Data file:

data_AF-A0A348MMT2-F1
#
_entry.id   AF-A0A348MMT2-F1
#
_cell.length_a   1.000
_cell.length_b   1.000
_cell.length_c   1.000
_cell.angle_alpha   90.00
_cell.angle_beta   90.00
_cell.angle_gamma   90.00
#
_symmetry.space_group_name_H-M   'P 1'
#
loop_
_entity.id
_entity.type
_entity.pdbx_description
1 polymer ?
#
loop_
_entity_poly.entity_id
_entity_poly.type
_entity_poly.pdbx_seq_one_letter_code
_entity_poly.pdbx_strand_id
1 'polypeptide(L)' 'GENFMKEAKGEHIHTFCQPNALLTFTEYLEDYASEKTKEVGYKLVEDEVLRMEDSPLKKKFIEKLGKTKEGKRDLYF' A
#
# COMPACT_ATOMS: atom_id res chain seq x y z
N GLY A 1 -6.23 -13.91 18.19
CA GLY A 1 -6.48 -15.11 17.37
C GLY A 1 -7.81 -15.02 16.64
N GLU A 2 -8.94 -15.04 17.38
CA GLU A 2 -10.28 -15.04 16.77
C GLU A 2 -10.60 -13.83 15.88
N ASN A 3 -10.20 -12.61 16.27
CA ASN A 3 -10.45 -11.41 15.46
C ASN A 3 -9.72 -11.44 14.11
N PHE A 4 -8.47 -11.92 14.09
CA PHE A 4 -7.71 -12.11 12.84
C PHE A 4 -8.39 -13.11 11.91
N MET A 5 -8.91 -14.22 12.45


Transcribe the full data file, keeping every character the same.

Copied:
data_AF-A0A348MMT2-F1
#
_entry.id   AF-A0A348MMT2-F1
#
_cell.length_a   1.000
_cell.length_b   1.000
_cell.length_c   1.000
_cell.angle_alpha   90.00
_cell.angle_beta   90.00
_cell.angle_gamma   90.00
#
_symmetry.space_group_name_H-M   'P 1'
#
loop_
_entity.id
_entity.type
_entity.pdbx_description
1 polymer ?
#
loop_
_entity_poly.entity_id
_entity_poly.type
_entity_poly.pdbx_seq_one_letter_code
_entity_poly.pdbx_strand_id
1 'polypeptide(L)' 'GENFMKEAKGEHIHTFCQPNALLTFTEYLEDYASEKTKEVGYKLVEDEVLRMEDSPLKKKFIEKLGKTKEGKRDLYF' A
#
# COMPACT_ATOMS: atom_id res chain seq x y z
N GLY A 1 -6.23 -13.91 18.19
CA GLY A 1 -6.48 -15.11 17.37
C GLY A 1 -7.81 -15.02 16.64
N GLU A 2 -8.94 -15.04 17.38
CA GLU A 2 -10.28 -15.04 16.77
C GLU A 2 -10.60 -13.83 15.88
N ASN A 3 -10.20 -12.61 16.27
CA ASN A 3 -10.45 -11.41 15.46
C ASN A 3 -9.72 -11.44 14.11
N PHE A 4 -8.47 -11.92 14.09
CA PHE A 4 -7.71 -12.11 12.84
C PHE A 4 -8.39 -13.11 11.91
N MET A 5 -8.91 -14.22 12.45